I have guineas in Pearl grey, Royal Purple, Coral Blue, Buff Dundotte, Slate, Powder Blue, Violet and Pied.
Eggs are available during their laying season, May thru September, upon advanced request. Hatching eggs will be 20$ per dozen.
Keets, when available, will be $4 each
Guineas are an interesting addition to your farm or acreage. They have great personalities. Guineas are the farm yard watch dog, sounding the alarm whenever anything unusual occurs. They will consume large amounts of insects and seldom bother your garden or flowers. They are easy and inexpensive to raise. Once started, they fend for themselves, living on insects, seeds, and grasses. They control deer ticks, wood ticks, grasshoppers, box elder bugs, flies crickets, and all other insects. Their call will discourage rodents. They will kill snakes, and will alert you to anything unusual.(taken from http://www.guineafarm.com/guineas.html)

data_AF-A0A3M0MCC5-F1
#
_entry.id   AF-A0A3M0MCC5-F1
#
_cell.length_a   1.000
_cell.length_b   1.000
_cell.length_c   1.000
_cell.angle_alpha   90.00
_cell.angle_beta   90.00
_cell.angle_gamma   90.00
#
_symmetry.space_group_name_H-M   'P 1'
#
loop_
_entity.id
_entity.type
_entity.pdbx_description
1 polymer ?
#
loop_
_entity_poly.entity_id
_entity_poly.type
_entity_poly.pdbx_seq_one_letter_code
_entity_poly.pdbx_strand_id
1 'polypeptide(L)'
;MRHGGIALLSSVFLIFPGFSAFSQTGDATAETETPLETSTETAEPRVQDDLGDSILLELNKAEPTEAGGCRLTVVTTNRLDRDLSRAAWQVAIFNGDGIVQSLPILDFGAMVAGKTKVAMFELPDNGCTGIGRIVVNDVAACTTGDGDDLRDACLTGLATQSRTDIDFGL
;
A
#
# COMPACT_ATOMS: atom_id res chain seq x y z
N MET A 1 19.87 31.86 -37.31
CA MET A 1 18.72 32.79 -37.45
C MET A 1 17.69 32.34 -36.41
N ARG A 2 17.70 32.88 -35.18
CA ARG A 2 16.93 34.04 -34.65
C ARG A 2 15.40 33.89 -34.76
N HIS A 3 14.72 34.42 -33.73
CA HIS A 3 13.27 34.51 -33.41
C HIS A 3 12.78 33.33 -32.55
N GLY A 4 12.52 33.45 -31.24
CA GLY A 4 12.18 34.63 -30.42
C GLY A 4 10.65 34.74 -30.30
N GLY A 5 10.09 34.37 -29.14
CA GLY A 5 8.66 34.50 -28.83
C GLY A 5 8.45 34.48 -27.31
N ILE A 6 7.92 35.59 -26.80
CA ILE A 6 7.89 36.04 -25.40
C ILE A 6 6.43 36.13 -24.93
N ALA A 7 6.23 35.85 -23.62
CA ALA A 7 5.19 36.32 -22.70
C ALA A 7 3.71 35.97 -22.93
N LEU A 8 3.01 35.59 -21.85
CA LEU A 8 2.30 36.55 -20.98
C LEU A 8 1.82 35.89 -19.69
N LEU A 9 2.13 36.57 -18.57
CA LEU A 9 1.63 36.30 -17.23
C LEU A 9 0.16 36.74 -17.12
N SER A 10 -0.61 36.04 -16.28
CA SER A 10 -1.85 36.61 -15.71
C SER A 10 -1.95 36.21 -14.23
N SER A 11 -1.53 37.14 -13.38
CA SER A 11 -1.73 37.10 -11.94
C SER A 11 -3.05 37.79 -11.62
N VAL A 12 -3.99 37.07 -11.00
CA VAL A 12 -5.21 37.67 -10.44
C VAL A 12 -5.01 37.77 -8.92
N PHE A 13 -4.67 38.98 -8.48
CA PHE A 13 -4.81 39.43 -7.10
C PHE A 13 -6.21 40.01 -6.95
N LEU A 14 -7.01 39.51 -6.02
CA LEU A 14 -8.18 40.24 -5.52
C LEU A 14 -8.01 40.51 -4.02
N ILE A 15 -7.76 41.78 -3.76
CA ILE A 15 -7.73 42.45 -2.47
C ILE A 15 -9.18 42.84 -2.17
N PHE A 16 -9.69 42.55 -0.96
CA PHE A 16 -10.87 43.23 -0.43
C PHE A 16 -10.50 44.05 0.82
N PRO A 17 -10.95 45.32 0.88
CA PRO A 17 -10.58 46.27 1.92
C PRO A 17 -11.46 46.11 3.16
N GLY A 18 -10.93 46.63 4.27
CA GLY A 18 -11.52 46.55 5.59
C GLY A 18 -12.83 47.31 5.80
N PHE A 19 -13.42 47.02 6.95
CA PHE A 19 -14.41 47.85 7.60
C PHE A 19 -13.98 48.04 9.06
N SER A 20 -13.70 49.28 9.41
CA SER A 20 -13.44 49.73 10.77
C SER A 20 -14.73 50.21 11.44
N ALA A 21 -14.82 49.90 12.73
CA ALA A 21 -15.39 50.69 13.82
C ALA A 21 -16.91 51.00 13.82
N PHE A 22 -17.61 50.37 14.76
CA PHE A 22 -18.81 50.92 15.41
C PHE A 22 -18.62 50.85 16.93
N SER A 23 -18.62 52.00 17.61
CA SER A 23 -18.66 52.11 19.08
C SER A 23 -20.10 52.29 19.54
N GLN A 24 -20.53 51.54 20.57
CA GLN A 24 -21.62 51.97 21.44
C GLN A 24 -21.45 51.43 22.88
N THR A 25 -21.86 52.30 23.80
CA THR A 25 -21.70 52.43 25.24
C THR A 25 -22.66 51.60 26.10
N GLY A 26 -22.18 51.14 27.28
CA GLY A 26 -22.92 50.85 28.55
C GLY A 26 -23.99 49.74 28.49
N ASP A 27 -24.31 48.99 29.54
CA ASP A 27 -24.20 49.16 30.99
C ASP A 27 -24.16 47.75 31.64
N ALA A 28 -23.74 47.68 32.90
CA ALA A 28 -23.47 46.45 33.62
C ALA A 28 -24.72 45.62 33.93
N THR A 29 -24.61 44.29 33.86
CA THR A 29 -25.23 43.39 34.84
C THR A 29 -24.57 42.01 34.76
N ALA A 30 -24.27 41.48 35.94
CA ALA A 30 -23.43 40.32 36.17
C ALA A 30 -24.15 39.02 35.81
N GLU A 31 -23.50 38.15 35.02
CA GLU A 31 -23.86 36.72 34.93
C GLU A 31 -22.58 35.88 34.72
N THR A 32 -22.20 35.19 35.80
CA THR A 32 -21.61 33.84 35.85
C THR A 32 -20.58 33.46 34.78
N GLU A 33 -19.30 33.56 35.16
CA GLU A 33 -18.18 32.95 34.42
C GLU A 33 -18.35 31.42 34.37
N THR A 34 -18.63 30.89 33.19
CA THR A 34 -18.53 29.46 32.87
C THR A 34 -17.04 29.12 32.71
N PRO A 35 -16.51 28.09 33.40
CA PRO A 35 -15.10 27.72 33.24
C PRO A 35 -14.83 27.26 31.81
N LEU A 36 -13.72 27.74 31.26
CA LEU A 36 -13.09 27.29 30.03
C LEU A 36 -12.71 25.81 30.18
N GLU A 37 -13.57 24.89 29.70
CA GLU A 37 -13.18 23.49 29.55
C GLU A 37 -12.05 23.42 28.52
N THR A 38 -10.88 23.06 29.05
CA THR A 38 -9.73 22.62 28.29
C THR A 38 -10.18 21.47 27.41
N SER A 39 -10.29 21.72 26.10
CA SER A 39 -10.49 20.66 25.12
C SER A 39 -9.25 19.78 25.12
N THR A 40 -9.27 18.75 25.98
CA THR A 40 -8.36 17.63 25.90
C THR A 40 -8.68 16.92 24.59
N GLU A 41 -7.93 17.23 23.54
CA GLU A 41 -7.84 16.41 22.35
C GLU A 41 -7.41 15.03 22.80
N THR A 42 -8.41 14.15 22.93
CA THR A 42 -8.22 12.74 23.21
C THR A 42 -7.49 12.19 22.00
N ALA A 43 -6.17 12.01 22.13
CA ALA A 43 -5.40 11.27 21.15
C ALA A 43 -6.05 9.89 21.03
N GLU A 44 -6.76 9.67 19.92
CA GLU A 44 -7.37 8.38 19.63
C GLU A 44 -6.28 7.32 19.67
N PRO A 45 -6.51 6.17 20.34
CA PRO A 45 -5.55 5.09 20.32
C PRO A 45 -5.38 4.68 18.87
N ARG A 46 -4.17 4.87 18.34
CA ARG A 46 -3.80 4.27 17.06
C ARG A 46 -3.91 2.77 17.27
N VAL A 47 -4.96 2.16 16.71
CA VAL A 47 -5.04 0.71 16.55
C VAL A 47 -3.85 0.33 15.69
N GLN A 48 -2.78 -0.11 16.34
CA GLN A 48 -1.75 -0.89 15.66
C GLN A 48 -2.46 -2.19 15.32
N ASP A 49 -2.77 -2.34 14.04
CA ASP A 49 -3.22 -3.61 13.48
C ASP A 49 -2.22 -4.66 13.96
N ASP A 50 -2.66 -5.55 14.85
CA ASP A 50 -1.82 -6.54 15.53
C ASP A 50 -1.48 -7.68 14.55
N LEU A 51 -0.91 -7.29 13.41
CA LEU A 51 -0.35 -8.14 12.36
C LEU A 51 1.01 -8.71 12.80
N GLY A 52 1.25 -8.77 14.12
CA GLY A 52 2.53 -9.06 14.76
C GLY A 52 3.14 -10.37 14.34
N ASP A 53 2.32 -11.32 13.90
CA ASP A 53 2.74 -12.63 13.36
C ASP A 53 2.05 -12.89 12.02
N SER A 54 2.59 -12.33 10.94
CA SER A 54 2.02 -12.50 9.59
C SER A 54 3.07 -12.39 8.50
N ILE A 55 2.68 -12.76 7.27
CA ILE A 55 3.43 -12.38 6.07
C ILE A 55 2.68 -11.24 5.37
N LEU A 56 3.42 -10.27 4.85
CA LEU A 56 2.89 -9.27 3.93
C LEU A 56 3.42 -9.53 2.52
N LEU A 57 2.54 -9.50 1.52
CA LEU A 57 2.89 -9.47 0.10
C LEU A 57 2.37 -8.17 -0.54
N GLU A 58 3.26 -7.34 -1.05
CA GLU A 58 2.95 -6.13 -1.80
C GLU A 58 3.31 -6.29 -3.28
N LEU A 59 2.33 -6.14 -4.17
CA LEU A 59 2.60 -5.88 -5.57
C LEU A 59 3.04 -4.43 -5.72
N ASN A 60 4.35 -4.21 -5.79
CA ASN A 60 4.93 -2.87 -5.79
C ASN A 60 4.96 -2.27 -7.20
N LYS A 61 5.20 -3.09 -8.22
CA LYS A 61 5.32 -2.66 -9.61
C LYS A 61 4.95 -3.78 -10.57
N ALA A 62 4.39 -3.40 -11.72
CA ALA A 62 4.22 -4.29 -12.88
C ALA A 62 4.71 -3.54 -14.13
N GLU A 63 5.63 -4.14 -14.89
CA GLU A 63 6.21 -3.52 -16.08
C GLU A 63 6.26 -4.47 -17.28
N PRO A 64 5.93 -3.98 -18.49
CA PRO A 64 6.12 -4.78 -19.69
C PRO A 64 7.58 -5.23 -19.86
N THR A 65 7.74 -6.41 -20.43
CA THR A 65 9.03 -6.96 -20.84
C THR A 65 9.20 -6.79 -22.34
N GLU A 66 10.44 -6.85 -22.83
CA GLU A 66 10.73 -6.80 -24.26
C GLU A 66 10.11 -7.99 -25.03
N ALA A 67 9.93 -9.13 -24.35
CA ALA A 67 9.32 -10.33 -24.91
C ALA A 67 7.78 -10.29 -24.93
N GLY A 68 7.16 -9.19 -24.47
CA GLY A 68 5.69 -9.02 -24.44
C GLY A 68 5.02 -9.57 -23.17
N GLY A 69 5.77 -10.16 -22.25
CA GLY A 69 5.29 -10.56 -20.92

The incubation period for Guinea eggs is 26 to 28 days. Start keets on a good Pheasant or Turkey starter feed (28% to 30% protein). The high protein makes them grow fast. Brood at 95 degrees the first week. Reduce 5 degrees per week. Keep them warm and dry and you won't have any problems with them. Be sure to prevent drafts in the brooder area. First water given keets on arrival should be warm to prevent chilling. You may also add 1 tbls. of sugar per quart of water to give them quick energy. You may also add electrolytes or Terramycin to help relieve shipping stress. Make sure they can't get in the water or they will get wet and chill or drown. Use marbles or rocks to fill the water area so as to make a shallow drinking area. Also place the feed and water close to the heat source for the first day. A large cardboard box (2 or 3 feet square) makes a good brooder box for 25 to 30 Keets. It's fresh and clean for each brood of chicks and can be thrown away when soiled. Taken from http://www.guineafarm.com/guineas.html
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